• Endemic disease:
    • Affects populations with pre-existing immunity
    • More often affects children from 2 to 15 years old
    • May be spread by ingesting food or water or the fecal-oral route
    • Has an aquatic reservoir
    • Is more likely to be asymptomatic
  • Epidemic disease:
    • Affects all ages of a nonimmune population where the bacteria does not have a reservoir
    • Spread is fecal-oral with high secondary spread
    • Asymptomatic infection is less common
  • Disease is most common in the developing world; in the developed world disease is generally encountered in travelers and immigrants
  • Rarely disease occurs from ingesting contaminated seafood, a phenomenon rarely associated with seafood from the Gulf of Mexico
  • Hypochlorhydria caused by drugs or chronic Helicobacter pylori infection is a risk factor, as is HIV infection
  • Infection is more common in summer months
  • In endemic areas breast milk contains protective IgA antibodies
  • Small intestine
  • Symptomatology occurs due to production of an exotoxin encoded by a virulence phage that causes the small intestine to secrete fluids and electrolytes
  • V. cholerae is a noninvasive pathogen
  • The toxin has two A subunits and five B subunits
    • The two A subunits, A1 and A2 are linked by a di-sulfide bond
  • Through several steps intracellular cyclic adenosine monophosphate opens the cystic fibrosis transmembrane regulator and chloride ions are released into the lumen while chloride and sodium ion reabsorption is inhibited by c AMP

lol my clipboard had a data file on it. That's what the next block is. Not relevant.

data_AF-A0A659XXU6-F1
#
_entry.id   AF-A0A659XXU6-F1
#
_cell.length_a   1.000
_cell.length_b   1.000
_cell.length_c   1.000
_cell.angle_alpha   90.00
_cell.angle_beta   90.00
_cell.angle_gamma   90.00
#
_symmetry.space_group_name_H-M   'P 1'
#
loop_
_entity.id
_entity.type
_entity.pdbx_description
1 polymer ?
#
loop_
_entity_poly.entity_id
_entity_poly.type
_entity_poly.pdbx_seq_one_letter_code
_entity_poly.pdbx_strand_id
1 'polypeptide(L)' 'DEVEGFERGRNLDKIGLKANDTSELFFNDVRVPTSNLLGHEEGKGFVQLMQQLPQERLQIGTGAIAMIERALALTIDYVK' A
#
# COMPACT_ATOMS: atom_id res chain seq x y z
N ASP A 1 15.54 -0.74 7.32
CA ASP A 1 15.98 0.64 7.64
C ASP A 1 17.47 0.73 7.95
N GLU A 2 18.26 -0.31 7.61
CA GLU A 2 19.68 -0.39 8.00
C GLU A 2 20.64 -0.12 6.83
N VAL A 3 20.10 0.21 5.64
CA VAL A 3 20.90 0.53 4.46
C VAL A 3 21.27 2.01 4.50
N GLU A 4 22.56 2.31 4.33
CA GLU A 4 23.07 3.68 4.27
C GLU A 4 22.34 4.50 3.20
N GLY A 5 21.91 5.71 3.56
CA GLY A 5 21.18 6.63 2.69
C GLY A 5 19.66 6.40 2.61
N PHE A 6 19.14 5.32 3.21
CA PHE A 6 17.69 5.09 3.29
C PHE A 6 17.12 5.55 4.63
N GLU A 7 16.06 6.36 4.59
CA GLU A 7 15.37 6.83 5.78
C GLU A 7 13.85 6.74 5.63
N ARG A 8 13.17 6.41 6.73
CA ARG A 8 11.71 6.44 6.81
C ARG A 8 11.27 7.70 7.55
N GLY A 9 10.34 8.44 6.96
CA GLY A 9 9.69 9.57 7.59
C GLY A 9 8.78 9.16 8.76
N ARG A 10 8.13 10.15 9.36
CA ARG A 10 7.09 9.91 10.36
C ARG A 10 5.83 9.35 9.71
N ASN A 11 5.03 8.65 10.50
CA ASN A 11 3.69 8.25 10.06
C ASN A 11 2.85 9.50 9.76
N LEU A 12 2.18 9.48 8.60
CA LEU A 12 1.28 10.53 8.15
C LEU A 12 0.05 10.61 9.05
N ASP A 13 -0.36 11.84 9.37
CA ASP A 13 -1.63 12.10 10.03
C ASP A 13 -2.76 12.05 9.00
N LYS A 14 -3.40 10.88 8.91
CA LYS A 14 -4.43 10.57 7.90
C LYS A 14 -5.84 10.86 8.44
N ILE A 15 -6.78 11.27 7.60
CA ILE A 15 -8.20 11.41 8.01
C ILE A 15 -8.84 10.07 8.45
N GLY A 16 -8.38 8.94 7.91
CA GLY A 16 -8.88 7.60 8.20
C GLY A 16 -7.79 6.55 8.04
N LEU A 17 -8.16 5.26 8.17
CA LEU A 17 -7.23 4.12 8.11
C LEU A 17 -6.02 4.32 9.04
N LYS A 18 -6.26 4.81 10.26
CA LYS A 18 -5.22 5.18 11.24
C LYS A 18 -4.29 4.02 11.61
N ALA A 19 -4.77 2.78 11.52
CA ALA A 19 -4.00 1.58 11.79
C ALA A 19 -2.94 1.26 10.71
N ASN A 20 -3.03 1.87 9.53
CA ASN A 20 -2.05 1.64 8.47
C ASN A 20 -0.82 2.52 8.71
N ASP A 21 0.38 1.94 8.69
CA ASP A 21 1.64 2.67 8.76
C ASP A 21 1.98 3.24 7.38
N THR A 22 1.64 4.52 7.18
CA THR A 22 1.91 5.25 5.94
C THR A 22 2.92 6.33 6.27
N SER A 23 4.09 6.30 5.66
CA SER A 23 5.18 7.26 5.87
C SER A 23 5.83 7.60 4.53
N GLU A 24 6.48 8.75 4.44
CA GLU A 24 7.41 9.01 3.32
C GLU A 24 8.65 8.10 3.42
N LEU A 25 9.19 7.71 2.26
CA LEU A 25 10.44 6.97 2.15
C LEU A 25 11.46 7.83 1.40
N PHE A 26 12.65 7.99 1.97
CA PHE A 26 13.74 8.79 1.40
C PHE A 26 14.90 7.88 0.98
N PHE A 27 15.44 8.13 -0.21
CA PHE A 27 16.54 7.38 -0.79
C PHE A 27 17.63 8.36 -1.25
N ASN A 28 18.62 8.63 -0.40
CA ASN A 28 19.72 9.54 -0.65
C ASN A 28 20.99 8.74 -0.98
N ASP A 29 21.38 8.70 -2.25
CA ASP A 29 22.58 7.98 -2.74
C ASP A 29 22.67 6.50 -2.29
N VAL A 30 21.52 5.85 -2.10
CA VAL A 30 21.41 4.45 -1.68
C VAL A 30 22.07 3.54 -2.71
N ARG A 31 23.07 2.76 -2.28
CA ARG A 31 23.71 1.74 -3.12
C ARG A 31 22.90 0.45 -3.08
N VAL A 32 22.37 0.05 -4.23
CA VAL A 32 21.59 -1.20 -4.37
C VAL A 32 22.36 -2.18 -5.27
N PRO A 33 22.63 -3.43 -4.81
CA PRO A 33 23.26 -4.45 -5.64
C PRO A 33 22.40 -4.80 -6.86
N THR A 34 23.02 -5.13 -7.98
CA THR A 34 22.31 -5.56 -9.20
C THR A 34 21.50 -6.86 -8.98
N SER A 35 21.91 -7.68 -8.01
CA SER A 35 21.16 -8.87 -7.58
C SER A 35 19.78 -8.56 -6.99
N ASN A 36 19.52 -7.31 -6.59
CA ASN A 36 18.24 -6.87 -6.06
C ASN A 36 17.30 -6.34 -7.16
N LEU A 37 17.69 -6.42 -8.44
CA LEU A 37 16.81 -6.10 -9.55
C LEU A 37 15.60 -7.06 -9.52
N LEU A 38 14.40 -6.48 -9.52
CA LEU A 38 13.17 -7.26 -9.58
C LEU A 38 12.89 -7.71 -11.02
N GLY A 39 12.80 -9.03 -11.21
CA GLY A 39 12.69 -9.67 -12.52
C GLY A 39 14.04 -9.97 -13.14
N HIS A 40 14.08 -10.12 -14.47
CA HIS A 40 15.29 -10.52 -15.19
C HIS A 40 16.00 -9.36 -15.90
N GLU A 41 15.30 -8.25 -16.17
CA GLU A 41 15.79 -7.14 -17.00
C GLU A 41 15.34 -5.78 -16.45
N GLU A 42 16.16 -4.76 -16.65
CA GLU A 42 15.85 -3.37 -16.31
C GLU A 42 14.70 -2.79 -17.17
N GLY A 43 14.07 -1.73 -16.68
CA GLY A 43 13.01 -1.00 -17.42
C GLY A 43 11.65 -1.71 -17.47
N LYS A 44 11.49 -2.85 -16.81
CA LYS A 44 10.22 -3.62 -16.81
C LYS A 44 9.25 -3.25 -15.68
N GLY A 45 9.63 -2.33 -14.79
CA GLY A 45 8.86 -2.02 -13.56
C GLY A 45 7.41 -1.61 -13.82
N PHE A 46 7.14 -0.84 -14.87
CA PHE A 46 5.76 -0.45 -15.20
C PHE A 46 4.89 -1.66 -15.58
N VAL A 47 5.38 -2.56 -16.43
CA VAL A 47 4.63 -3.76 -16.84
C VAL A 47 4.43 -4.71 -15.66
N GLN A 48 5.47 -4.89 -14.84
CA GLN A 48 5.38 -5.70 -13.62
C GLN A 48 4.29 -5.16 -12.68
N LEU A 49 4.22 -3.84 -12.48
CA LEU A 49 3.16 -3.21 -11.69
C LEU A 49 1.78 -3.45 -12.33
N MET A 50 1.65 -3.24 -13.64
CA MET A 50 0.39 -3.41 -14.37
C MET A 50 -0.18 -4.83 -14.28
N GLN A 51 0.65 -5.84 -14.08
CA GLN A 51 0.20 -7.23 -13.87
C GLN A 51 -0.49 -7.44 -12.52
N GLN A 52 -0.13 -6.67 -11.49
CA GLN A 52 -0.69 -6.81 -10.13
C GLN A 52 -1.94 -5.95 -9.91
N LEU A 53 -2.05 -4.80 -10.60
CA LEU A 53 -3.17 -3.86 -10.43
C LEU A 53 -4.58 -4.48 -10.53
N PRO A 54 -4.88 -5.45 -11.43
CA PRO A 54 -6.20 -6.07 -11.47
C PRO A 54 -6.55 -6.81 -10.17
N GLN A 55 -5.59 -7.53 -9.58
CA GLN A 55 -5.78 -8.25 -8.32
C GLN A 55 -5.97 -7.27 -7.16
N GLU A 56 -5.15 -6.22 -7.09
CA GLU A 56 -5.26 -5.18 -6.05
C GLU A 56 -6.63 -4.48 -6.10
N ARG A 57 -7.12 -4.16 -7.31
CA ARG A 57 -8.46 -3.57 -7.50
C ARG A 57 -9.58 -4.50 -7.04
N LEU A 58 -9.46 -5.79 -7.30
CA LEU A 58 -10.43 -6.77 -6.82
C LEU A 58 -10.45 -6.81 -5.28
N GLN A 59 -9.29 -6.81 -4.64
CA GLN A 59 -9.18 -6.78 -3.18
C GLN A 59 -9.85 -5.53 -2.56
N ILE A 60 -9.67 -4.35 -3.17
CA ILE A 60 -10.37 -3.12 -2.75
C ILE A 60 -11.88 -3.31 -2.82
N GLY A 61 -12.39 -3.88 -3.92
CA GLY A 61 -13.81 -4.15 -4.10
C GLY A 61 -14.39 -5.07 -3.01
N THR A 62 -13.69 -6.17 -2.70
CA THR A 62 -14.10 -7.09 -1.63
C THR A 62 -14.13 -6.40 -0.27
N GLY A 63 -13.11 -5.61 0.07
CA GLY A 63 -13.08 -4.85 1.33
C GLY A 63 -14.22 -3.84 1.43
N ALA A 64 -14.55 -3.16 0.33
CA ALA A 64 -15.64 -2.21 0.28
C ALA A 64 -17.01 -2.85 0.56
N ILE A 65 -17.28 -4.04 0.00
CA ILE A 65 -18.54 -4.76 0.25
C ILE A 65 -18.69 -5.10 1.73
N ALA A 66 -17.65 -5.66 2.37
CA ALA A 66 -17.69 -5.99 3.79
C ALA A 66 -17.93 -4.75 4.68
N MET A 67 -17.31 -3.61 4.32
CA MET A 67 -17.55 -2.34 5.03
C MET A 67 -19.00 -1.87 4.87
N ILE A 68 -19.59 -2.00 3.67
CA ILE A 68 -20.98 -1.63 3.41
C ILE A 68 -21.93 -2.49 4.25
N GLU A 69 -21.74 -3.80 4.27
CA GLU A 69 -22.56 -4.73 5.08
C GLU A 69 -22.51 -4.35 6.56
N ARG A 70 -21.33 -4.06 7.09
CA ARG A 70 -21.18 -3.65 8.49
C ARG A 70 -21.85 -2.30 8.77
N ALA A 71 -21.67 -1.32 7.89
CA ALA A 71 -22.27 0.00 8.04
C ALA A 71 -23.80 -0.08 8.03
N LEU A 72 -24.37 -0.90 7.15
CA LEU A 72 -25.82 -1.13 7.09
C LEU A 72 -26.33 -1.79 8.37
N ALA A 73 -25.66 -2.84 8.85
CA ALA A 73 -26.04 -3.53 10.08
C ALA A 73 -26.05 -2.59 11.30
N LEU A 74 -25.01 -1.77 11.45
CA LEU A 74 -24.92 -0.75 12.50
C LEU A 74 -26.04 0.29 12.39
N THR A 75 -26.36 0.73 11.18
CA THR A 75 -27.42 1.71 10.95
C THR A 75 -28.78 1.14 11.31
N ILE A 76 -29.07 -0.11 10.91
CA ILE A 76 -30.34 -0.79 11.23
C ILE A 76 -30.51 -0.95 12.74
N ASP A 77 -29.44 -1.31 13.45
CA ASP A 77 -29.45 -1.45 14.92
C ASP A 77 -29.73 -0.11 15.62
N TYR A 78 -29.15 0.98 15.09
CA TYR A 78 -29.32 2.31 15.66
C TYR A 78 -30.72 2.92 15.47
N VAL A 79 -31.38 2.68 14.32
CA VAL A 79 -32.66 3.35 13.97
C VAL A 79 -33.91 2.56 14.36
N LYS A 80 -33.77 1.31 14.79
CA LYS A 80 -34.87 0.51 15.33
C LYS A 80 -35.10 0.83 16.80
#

• There is affinity of the toxin to the ganglioside receptor on enterocytes that is higher in patients with blood type O
  • Hemagglutinin is necessary for bacterial detachment and shedding in stool
  • Infection by toxigenic strains of Vibrio cholerae O1 or V. cholerae O139
Clinical Features
  • Most cases are asymptomatic or cause mild diarrhea
  • Symptomatic cases have an incubation period of from 12 hours to 5 days
  • Severe disease is characterized by sudden onset of profuse watery diarrhea often described as having a "rice water" character sometimes preceded and usually followed by vomiting
  • Patients are anxious and rapidly become dehydrated with sunken eyes, dry mucous membranes, thirst and loss of skin turgor
  • Other signs and symptoms include tachycardia, hypotension and muscle cramps
  • Untreated cases may rapidly progress to electrolyte disturbances, renal failure, shock and death